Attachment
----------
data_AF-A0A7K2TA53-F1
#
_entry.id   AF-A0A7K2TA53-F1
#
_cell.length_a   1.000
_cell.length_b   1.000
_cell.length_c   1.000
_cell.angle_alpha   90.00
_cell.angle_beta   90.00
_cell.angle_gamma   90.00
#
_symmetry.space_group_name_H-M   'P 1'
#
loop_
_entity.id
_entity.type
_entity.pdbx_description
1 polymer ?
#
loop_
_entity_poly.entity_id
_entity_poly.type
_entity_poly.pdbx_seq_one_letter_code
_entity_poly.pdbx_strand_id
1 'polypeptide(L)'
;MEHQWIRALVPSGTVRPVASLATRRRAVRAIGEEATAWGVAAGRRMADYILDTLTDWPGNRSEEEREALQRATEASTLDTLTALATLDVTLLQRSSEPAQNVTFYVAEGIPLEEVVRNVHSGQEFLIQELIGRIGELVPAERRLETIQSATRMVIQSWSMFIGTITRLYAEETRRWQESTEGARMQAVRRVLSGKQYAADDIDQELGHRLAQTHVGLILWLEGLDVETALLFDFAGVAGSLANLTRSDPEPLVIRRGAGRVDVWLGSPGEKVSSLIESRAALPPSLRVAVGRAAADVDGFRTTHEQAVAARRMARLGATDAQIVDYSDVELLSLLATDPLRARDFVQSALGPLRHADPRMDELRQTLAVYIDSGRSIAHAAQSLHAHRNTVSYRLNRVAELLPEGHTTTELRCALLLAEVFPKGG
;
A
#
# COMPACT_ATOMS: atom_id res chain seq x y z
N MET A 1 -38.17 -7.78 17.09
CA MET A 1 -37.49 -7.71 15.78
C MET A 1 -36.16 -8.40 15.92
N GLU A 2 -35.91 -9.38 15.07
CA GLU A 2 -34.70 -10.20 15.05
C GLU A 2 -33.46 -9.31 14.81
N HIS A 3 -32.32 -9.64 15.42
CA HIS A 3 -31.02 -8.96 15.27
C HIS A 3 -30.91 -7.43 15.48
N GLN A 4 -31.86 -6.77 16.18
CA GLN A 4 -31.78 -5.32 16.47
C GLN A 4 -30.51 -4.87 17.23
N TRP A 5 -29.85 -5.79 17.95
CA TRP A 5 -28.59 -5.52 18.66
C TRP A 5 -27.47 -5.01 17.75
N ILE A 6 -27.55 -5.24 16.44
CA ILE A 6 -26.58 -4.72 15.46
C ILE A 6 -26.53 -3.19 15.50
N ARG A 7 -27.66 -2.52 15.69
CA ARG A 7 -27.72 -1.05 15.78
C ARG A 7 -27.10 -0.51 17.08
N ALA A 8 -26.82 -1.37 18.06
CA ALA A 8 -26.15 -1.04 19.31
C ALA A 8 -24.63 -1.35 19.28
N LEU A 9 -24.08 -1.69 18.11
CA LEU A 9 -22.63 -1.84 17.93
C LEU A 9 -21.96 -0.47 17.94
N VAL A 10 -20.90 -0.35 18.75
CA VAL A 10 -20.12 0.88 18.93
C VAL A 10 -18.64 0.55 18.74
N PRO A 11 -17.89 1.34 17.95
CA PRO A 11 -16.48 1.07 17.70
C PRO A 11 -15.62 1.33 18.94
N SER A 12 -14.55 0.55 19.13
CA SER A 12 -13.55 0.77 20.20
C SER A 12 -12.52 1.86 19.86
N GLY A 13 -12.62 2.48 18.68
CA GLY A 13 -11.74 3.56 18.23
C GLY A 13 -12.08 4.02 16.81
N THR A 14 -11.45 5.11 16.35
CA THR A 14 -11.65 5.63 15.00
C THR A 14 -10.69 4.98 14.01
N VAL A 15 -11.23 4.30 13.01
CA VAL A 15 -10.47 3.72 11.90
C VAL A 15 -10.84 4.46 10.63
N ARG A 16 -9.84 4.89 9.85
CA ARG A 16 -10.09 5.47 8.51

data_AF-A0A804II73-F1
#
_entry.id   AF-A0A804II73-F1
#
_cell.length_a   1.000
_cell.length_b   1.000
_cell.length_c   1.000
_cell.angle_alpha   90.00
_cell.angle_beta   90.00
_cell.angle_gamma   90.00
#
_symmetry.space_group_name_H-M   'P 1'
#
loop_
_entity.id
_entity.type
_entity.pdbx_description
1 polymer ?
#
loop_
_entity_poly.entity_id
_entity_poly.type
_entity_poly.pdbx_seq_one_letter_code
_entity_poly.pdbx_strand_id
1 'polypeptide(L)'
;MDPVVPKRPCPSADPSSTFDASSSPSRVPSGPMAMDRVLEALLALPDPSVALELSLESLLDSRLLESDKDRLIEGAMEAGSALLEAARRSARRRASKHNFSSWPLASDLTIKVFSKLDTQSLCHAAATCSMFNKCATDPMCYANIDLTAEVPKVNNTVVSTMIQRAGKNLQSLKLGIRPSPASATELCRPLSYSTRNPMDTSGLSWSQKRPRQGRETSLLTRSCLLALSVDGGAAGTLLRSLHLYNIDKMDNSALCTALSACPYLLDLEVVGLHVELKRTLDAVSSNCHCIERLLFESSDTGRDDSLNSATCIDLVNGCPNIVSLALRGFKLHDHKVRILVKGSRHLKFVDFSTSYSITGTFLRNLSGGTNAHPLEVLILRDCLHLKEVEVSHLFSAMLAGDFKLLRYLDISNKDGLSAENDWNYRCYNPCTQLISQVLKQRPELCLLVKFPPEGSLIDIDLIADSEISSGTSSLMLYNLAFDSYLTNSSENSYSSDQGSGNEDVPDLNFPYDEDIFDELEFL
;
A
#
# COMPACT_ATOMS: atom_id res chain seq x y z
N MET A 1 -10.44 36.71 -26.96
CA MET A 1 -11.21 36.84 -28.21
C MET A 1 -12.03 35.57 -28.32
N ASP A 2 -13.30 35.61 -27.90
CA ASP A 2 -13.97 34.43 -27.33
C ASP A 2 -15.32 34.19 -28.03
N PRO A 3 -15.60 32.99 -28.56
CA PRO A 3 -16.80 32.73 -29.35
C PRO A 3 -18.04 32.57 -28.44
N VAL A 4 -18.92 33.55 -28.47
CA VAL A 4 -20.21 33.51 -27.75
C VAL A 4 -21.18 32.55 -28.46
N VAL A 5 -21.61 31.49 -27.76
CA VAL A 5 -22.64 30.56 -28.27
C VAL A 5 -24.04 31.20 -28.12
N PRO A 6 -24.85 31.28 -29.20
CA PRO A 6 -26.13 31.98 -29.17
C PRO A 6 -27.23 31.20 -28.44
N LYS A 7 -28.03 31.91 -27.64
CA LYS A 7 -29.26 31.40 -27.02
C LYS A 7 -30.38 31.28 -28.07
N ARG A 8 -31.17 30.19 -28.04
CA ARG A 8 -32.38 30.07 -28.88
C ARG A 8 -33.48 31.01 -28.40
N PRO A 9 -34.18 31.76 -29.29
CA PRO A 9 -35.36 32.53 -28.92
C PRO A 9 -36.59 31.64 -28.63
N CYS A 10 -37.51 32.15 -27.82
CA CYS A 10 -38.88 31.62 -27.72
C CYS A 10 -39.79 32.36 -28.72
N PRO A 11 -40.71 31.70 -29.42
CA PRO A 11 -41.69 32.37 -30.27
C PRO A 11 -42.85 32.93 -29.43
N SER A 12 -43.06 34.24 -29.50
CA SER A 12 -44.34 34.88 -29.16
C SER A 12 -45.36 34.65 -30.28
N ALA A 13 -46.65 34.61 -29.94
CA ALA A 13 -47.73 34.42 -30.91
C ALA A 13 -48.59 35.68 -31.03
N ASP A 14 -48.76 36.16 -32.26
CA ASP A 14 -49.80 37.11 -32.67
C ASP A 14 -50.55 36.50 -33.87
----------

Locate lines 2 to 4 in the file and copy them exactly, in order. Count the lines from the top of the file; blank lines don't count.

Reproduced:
#
_entry.id   AF-A0A7K2TA53-F1
#